We were driving through rural Kansas when we saw signs for the hand dug well. How could we not stop? The pallasite meteorite was just icing on the cake.
I say this without condescension: the whole setup was adorable. Un-touristy, unsophisticated...just pure, innocent fun. (So, it was heartbreaking to read the following year that the town of Greensburg, Kansas had been leveled by a tornado.)
Here's what we saw:
The well has a sort of canopy over it. You actually enter through another door off to the side. This makes perfect sense; how would you descend directly down into a huge well?
Side view of the well. At noon on a summer weekday, there were only a few people in the area of the well and gift shop. This is a good time of day to visit any tourist attraction.
The view heading down into the earth. It was cooler, but not cold, in the well - much like Arizona's Colossal Cave, which maintains a year-round temperature of 72 degrees Fahrenheit.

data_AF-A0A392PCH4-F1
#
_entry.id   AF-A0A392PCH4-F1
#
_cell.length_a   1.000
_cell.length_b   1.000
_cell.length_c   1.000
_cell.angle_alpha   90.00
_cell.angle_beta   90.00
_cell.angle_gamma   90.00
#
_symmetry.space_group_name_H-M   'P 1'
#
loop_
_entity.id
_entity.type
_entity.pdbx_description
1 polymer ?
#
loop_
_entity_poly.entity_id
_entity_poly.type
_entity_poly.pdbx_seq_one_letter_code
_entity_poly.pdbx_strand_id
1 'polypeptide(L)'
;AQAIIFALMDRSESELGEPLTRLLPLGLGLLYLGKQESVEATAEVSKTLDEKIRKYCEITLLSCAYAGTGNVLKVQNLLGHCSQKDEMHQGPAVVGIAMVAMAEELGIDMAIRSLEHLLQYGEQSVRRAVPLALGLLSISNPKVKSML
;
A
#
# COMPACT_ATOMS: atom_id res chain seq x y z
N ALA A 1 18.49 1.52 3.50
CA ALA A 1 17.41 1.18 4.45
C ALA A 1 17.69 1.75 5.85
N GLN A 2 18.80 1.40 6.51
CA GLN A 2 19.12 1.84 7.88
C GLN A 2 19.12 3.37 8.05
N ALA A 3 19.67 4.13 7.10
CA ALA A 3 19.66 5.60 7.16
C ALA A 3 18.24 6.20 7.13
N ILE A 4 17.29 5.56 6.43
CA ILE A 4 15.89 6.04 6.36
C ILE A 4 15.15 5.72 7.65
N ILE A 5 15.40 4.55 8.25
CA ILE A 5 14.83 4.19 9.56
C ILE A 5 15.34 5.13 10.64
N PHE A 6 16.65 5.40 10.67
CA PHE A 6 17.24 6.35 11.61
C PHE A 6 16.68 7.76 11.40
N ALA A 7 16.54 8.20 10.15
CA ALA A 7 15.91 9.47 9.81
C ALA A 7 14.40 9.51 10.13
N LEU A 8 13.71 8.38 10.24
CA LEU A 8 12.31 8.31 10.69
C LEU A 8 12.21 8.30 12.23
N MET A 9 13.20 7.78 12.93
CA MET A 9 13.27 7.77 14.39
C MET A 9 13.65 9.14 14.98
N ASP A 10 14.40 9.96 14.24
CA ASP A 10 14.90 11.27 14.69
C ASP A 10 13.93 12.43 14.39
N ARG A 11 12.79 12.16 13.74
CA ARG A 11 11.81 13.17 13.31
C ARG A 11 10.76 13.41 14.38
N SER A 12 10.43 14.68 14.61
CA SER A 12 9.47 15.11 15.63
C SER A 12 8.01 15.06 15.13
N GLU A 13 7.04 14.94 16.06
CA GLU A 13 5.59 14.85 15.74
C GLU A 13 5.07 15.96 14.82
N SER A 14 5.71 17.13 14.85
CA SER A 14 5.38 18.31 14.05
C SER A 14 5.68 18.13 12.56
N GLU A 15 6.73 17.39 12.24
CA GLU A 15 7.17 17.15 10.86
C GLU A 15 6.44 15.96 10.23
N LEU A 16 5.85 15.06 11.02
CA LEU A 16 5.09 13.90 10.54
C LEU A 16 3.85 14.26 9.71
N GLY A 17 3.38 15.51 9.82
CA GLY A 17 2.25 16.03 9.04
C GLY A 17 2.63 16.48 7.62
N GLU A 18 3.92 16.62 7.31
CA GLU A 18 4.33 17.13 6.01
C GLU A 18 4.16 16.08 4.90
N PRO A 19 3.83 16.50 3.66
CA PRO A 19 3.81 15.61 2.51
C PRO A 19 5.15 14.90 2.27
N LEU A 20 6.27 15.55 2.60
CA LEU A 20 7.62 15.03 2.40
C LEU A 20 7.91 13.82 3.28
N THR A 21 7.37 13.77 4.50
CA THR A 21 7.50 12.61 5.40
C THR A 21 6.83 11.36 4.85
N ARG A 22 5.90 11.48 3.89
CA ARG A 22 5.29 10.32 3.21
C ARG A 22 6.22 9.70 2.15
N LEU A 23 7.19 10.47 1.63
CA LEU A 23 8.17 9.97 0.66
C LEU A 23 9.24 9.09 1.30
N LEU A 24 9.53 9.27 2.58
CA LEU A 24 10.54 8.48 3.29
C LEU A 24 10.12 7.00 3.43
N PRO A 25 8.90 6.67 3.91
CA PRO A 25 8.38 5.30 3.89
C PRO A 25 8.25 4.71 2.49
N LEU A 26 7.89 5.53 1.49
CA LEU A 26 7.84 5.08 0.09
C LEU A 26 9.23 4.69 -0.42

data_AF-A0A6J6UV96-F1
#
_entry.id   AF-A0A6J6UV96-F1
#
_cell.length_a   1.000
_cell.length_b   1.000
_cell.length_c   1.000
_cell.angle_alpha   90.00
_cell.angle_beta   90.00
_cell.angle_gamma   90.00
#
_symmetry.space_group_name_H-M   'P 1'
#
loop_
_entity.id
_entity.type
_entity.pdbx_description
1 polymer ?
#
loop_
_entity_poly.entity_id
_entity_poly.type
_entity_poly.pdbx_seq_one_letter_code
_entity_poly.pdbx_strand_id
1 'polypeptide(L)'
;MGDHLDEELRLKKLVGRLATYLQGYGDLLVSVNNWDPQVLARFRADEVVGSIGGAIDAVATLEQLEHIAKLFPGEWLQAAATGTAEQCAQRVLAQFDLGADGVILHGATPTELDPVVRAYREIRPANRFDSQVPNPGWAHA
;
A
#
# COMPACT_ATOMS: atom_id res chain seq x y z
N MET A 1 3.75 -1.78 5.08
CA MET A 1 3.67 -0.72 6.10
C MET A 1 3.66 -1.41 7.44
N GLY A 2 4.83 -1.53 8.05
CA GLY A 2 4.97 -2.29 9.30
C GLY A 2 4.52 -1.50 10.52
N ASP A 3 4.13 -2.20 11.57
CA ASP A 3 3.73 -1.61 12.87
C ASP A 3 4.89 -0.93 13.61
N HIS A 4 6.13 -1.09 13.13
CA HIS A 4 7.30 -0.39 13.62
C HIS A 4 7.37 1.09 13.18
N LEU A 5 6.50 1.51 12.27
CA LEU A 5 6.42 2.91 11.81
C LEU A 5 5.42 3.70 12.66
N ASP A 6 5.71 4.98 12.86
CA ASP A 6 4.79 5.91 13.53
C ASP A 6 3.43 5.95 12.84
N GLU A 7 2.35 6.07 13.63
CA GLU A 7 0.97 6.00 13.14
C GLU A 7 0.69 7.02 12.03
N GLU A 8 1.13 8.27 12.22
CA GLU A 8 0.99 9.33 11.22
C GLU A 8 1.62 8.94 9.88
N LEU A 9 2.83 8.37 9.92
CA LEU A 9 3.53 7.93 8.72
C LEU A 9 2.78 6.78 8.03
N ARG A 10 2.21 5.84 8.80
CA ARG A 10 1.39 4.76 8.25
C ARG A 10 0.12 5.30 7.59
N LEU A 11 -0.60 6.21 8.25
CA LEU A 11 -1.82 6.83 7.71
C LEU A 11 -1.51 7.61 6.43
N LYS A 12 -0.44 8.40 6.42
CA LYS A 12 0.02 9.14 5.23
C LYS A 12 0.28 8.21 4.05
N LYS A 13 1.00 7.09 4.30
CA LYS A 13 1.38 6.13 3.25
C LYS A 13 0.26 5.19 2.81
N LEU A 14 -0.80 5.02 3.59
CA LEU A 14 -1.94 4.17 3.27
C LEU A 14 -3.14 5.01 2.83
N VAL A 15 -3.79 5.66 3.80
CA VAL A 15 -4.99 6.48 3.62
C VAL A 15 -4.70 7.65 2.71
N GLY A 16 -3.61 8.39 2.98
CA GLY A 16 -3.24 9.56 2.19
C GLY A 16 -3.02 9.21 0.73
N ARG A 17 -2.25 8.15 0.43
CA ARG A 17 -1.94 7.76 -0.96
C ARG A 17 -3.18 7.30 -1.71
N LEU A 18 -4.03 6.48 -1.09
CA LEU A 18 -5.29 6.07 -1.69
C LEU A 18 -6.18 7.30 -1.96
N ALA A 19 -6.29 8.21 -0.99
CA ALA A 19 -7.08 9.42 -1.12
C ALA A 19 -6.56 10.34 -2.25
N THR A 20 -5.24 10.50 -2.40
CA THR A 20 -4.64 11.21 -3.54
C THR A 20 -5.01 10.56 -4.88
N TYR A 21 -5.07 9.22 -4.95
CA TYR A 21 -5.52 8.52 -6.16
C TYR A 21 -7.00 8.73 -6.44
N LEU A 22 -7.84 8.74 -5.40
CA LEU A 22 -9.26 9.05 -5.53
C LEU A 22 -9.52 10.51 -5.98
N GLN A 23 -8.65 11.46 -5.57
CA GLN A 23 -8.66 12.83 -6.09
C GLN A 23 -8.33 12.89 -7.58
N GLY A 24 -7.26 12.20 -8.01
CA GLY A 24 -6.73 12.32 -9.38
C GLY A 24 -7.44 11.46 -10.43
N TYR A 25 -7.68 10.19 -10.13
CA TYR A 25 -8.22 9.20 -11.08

At the bottom of the hand dug well, people had scrawled their names on a pipe. Talk about a crime you can really get away with. But I'm not into that kind of thing. Standing there in the cool, dim silence, an intense feeling of solitude came over me.
Much like the fountain I watched in the courtyard of a deserted seminary in Nebraska, the bottom of this well was one of the most memorable moments of our road trip. Seek out these random, unexpected moments of solitude and silence. They're the perfect contrast to crowded state parks and shopping malls.
When I looked up, the surface - and my family - seemed miles away.
Climbing back out. The lighting gave everything an orange hue. Don't attempt this type of climb if you have bad knees, a bad back, or are claustrophobic.
Back at sea level, a well-appointed gift shop featured the World's Largest Pallasite Meteorite (not for sale).
In 2007, a tornado devastated the town of Greensburg, Kansas. The hand-dug well itself was safe, of course, because it is below ground. But the gift shop and adjacent buildings were destroyed.
We hope and pray the courageous people of Greensburg continue to bounce back from this tragedy, and we are thankful we got to see the well before disaster struck.
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